Back to our cover

Subject: More Questions

Posted by Patrick
On Monday, April 08, 2002 at 10:10:12


Dear Braslvr, Daniel, and Tina:

Thank you for answering my questions. Here are some more for you (or anyone):

1) Mamao seeds: Should I eat them or not? I asked the waiter if people eat them, and he said that some people do and some people don't. He also said that they are good for the stomach. What do you think? Do most Brazilians eat them?

2) "Policia Militar": We saw this phrase everywhere, on cars, on uniforms, etc. Are all police in Brazil military personel? Does Brazil have a civilian police force?

3) "Policia Cientifica"? We saw this phrase on a police car. What is the "Scientific Police"?

4) It appears that Brazilians in general do not eat spicy food. Correct?

5) I understand that in formal situations I should use "O Senhor/A Senhora" instead of "Voce". Should I switch to "Voce" eventually, or just keep using the formal address throughout the conversation?

6) My Berlitz phrasebook translates bath as "banho" and shower as "duche". But when I'm checking into the hotel, how do I distinguish between just a shower and a shower with a true bathtub? We found a true bathtub in the room at only one hotel. I'm under the impression that true bathtubs are rare in Brazilian hotels, and that the standard is a shower only. Is this correct? If it is, I'll quit trying to ask for a bathtub, but if it is not, I'd like to know how to make the distinction in Portuguese.

7) I have some questions about the word "vontade" in Portuguese. What exactly does "vontade" mean? Whenever we entered a store in Brazil, the person said to us "Fica a vontade." How would you translate this into English? Does it mean something like "Make yourself at home." or more like "Stay as long as you like."? Also, I understand that to say "No problem." or "That's all right." one should say "E a vontade." Is this correct?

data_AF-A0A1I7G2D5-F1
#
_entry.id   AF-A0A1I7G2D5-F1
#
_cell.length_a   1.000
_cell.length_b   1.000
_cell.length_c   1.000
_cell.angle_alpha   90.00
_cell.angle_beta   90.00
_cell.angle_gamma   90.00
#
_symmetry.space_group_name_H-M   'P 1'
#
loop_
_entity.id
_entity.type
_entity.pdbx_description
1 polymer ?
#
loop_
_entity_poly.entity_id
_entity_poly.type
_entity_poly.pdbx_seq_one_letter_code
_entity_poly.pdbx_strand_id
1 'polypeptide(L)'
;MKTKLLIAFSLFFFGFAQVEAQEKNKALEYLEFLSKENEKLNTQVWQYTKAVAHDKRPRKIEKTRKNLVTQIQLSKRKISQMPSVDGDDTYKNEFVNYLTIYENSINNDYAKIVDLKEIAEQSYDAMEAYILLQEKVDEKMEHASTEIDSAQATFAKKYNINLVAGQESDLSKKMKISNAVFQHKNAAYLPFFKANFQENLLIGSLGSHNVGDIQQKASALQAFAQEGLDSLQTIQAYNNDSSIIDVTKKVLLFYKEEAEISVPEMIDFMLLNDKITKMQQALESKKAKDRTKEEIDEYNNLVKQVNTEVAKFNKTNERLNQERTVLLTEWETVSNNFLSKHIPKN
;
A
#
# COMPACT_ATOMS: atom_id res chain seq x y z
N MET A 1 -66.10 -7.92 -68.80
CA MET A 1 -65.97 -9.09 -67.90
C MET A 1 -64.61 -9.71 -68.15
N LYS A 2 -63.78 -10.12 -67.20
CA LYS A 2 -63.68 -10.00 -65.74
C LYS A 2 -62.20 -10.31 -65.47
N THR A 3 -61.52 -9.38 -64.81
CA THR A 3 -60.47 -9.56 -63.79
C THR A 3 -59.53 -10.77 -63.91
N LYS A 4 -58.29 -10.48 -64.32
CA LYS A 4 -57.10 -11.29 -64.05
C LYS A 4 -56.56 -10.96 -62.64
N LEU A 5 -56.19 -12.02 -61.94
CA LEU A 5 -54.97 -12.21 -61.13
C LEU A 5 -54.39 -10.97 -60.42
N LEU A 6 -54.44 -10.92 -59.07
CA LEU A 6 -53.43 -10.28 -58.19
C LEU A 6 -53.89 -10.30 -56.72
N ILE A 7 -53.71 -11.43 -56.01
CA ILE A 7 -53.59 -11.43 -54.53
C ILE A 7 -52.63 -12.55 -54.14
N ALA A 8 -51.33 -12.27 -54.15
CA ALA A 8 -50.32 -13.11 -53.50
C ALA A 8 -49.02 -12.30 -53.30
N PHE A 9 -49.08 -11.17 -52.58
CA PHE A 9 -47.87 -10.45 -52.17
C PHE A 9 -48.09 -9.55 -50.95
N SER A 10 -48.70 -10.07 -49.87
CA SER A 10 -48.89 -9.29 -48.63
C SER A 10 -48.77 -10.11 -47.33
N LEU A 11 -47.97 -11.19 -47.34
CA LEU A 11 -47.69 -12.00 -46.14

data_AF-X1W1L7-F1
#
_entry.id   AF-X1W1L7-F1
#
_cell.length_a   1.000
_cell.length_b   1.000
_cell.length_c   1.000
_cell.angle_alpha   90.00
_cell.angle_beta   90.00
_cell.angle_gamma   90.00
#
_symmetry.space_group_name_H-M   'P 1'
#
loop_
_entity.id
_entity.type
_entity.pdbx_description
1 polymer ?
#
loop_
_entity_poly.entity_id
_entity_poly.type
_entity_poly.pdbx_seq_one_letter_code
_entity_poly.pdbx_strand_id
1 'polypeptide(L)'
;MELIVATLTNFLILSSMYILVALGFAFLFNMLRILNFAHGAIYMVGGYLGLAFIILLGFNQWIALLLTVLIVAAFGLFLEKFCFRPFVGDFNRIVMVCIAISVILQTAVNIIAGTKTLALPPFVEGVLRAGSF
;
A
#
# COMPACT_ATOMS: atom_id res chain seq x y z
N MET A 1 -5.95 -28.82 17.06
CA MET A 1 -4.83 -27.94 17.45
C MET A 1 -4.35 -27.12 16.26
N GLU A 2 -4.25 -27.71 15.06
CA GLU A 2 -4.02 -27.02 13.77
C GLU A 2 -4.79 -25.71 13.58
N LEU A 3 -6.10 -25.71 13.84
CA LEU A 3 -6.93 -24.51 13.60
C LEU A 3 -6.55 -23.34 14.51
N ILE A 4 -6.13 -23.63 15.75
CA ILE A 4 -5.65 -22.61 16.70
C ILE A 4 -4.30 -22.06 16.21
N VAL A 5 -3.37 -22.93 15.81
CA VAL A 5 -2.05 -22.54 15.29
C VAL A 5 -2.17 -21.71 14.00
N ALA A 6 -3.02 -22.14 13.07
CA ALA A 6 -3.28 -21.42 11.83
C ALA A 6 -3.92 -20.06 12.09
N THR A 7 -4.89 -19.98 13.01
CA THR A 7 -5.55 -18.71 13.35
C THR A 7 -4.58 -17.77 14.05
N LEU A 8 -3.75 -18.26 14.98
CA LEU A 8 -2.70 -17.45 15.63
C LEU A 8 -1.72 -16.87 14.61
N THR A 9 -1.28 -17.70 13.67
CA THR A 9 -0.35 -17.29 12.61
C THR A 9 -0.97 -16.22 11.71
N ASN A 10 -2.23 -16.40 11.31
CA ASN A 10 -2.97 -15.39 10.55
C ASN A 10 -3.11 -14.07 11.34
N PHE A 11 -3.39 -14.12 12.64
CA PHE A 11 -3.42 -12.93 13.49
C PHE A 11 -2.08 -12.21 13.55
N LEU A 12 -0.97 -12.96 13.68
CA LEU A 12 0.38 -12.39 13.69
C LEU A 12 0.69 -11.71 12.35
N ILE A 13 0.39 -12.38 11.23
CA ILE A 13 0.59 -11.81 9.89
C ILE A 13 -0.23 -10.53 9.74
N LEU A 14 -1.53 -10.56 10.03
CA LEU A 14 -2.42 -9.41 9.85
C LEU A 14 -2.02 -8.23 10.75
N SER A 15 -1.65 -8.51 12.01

Thanks for all your help!

RE: More Questions
Posted by daniel
On Wednesday, April 10, 2002 at 20:50:22

1- i don´t and neither do the most of people
2- no, there are civilian police too
3 - i wonder too...
4- in general yes, it´s right but depends on the region,the city, the food in Bahia is too seasoned.
5- senhor/ senhora formal, vocę or tu informal, that´s all!
6- bathtub = banheira, ask if there´s banheira in the room, i think the standard usually has not bathtub, ah is "ducha" ,not "duche"
7- yes, in this case means Make yourself at home, vontade is desire, wish, have intention, some like that. i didn´t understand well so i guess it wrong, when anyone say fica a vontade, say obrigado(thanks). no problem = sem problema; that´s all right = tudo ok or tudo certo.
patrick, any question, send me a email, do u speak portuguese? i´m sorry but i´m not god as writing in english
RE: More Questions
Posted by Maria
On Thursday, April 11, 2002 at 10:25:41

2. Yes, Brazil have a civilian police force that don´t wear uniform.

3. The Técnico-Científica Police is that one specialized in producing what is called tecnical proves, by means of the scientific analysis of vestiges produced and left in the practice of delicts.

4. yes, except for Bahia e Pará.

5. keep using Senhor/Senhora until the person ask you not to be so formal.

[vöt'adi] s. f. will; volition; wish, desire; mind, intention, purpose; resolution, determination; fancy.
-ŕ vontade relaxed, at ease, at large, at will, easy-going, at pleasure, as heart could wish; (mil.) stand easy! arbitrary.
-ŕ sua vontade at your convenience, at your discretion.
-boa vontade alacrity, goodwill.
-de boa vontade with good grace, agreeable.
-contra a minha vontade against my will.
-má vontade ill-will.
-estar ŕ vontade to feel comfortable.
-esteja ŕ vontade make yourself at home.
-pôr-se ŕ vontade to relax.
-sem vontade unwilling.
-servir-se ŕ vontade to help o. s.
-ter vontade de to itch for, to feel like.
-última vontade dying wish.

Notify me when I get a reply to my message:Yes  No

Back to our cover